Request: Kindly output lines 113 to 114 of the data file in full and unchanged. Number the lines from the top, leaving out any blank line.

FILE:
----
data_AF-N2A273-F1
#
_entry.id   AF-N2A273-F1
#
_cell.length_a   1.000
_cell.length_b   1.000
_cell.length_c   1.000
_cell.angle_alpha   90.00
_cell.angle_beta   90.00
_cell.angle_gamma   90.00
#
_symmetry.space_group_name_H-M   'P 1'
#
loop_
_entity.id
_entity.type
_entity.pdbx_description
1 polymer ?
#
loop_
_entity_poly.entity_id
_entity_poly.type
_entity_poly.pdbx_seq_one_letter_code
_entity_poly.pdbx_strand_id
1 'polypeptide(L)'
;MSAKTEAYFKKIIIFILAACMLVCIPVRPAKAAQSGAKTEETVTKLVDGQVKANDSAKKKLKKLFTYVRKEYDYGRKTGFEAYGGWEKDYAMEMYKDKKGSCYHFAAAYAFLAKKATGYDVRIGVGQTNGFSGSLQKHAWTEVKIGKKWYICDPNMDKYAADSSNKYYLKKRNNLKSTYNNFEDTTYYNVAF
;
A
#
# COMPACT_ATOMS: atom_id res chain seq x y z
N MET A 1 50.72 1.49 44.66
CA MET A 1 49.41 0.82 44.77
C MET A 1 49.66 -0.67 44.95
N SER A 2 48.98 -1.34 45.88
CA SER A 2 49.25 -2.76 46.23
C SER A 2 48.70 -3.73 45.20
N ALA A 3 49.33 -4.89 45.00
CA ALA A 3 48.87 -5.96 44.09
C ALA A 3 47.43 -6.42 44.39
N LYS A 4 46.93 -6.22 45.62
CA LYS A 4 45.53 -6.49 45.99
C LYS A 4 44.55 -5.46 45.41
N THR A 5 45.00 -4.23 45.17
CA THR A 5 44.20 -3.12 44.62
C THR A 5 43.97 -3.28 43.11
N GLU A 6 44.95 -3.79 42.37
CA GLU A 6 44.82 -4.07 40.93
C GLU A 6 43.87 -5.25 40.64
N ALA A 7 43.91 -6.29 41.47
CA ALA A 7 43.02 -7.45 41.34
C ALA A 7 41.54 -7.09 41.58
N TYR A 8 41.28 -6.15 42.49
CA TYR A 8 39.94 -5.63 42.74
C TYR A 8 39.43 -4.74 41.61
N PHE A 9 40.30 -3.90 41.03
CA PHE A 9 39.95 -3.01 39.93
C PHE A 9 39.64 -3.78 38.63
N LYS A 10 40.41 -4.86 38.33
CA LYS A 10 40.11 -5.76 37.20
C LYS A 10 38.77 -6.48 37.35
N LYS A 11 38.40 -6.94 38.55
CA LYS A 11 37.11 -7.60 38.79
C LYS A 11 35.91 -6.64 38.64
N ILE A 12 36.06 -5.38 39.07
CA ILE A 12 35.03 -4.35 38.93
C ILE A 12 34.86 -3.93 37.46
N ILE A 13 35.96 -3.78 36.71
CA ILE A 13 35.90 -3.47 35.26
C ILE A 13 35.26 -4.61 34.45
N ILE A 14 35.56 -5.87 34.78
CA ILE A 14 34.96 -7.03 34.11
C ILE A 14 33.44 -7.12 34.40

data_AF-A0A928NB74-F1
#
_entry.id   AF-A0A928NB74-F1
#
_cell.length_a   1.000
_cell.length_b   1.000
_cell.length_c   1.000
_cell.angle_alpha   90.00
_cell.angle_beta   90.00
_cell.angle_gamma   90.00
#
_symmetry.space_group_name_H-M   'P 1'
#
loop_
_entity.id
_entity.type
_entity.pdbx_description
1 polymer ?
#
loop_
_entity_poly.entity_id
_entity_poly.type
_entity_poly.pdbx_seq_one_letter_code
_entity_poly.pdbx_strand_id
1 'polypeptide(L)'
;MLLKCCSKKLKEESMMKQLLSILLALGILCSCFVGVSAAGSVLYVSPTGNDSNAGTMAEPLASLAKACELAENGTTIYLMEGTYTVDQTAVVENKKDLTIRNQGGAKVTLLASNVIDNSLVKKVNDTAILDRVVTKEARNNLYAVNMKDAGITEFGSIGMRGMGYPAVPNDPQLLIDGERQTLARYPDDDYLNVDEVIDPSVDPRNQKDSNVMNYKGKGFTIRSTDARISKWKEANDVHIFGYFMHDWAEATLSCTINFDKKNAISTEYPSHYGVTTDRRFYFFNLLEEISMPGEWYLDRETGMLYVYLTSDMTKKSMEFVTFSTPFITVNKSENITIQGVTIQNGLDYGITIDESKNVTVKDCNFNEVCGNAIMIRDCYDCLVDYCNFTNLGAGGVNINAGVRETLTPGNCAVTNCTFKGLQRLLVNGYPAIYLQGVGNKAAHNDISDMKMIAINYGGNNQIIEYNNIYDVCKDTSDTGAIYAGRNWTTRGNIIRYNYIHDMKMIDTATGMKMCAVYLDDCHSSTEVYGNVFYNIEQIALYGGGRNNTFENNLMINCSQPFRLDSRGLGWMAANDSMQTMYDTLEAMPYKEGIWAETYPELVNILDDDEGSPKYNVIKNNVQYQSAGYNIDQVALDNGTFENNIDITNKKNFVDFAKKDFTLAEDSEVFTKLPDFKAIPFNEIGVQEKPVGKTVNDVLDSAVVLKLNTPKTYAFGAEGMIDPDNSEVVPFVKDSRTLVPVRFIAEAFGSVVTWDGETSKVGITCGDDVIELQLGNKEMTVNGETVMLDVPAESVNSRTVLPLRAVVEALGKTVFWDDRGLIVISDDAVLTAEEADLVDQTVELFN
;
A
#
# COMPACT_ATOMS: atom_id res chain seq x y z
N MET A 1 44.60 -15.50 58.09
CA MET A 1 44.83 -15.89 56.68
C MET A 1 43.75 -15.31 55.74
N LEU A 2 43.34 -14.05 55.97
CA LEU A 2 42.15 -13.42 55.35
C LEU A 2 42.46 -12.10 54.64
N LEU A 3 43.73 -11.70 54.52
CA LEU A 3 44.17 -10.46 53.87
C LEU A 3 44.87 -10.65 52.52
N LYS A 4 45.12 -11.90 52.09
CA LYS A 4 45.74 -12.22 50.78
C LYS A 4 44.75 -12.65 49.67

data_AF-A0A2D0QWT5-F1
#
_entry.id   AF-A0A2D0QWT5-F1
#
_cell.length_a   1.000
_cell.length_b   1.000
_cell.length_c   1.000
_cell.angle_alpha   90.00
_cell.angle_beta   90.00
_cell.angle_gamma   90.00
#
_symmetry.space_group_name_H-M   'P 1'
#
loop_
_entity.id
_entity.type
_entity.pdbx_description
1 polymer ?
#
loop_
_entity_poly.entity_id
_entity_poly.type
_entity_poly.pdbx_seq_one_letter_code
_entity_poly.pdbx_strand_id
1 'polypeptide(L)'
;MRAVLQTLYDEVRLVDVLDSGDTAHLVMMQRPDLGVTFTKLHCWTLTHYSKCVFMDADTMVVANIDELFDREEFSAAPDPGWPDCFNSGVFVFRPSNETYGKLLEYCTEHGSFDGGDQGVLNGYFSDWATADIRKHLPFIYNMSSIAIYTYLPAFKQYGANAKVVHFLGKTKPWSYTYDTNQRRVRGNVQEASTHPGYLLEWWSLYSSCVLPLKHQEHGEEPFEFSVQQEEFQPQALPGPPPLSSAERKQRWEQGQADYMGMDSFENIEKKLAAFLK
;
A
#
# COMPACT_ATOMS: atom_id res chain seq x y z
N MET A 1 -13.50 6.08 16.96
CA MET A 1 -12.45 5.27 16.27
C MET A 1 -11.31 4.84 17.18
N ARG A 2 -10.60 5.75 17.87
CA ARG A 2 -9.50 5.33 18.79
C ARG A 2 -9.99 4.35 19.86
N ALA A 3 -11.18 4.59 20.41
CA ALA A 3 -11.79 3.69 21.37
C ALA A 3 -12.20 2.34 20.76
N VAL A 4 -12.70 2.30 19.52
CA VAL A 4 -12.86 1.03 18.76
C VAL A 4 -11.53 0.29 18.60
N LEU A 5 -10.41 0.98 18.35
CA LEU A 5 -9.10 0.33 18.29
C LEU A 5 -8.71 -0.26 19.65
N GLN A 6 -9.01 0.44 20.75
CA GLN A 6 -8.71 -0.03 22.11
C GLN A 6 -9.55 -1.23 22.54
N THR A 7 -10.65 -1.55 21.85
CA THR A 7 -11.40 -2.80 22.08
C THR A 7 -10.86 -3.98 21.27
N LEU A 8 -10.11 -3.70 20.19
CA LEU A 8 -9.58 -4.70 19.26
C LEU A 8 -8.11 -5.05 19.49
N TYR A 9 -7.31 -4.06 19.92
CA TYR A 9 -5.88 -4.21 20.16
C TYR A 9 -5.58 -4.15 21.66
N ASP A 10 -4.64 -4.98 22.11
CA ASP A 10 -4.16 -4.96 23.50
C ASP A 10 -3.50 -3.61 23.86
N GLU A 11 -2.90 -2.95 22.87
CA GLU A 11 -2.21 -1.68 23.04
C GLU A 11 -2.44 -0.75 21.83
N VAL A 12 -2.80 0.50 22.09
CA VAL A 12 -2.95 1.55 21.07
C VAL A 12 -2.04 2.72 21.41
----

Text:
CA LYS A 4 45.74 -12.22 50.78
C LYS A 4 44.75 -12.65 49.67